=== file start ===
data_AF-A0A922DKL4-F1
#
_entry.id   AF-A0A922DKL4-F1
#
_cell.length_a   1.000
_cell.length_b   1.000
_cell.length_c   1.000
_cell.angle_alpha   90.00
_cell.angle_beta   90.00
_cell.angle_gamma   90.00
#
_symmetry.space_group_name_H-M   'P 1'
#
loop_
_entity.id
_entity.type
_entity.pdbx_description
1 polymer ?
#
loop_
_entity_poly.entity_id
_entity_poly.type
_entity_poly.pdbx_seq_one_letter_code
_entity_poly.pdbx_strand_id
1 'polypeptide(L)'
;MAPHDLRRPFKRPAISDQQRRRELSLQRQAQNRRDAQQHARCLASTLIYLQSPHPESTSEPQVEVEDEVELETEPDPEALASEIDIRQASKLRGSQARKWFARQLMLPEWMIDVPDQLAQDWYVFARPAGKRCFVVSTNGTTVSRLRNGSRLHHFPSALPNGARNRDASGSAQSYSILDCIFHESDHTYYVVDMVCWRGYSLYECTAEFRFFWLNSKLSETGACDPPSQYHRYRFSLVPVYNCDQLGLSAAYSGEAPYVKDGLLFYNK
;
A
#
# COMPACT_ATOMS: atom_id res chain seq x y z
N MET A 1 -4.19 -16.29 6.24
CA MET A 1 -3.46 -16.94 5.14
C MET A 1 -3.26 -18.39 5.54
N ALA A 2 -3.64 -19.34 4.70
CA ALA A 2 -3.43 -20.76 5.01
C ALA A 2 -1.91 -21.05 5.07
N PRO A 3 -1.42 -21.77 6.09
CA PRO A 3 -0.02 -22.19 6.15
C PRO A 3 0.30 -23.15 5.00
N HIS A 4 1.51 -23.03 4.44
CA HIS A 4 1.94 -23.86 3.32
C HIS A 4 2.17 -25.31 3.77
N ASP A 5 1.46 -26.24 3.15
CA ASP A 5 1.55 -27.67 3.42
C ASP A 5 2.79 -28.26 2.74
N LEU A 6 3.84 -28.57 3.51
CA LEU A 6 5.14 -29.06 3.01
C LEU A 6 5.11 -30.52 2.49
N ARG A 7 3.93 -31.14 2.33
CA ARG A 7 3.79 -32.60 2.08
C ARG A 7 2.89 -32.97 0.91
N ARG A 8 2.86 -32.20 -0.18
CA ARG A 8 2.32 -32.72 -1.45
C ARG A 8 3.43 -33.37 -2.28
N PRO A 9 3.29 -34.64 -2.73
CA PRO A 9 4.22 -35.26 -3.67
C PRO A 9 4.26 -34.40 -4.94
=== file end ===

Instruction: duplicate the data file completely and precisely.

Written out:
data_AF-A0A922DKL4-F1
#
_entry.id   AF-A0A922DKL4-F1
#
_cell.length_a   1.000
_cell.length_b   1.000
_cell.length_c   1.000
_cell.angle_alpha   90.00
_cell.angle_beta   90.00
_cell.angle_gamma   90.00
#
_symmetry.space_group_name_H-M   'P 1'
#
loop_
_entity.id
_entity.type
_entity.pdbx_description
1 polymer ?
#
loop_
_entity_poly.entity_id
_entity_poly.type
_entity_poly.pdbx_seq_one_letter_code
_entity_poly.pdbx_strand_id
1 'polypeptide(L)'
;MAPHDLRRPFKRPAISDQQRRRELSLQRQAQNRRDAQQHARCLASTLIYLQSPHPESTSEPQVEVEDEVELETEPDPEALASEIDIRQASKLRGSQARKWFARQLMLPEWMIDVPDQLAQDWYVFARPAGKRCFVVSTNGTTVSRLRNGSRLHHFPSALPNGARNRDASGSAQSYSILDCIFHESDHTYYVVDMVCWRGYSLYECTAEFRFFWLNSKLSETGACDPPSQYHRYRFSLVPVYNCDQLGLSAAYSGEAPYVKDGLLFYNK
;
A
#
# COMPACT_ATOMS: atom_id res chain seq x y z
N MET A 1 -4.19 -16.29 6.24
CA MET A 1 -3.46 -16.94 5.14
C MET A 1 -3.26 -18.39 5.54
N ALA A 2 -3.64 -19.34 4.70
CA ALA A 2 -3.43 -20.76 5.01
C ALA A 2 -1.91 -21.05 5.07
N PRO A 3 -1.42 -21.77 6.09
CA PRO A 3 -0.02 -22.19 6.15
C PRO A 3 0.30 -23.15 5.00
N HIS A 4 1.51 -23.03 4.44
CA HIS A 4 1.94 -23.86 3.32
C HIS A 4 2.17 -25.31 3.77
N ASP A 5 1.46 -26.24 3.15
CA ASP A 5 1.55 -27.67 3.42
C ASP A 5 2.79 -28.26 2.74
N LEU A 6 3.84 -28.57 3.51
CA LEU A 6 5.14 -29.06 3.01
C LEU A 6 5.11 -30.52 2.49
N ARG A 7 3.93 -31.14 2.33
CA ARG A 7 3.79 -32.60 2.08
C ARG A 7 2.89 -32.97 0.91
N ARG A 8 2.86 -32.20 -0.18
CA ARG A 8 2.32 -32.72 -1.45
C ARG A 8 3.43 -33.37 -2.28
N PRO A 9 3.29 -34.64 -2.73
CA PRO A 9 4.22 -35.26 -3.67
C PRO A 9 4.26 -34.40 -4.94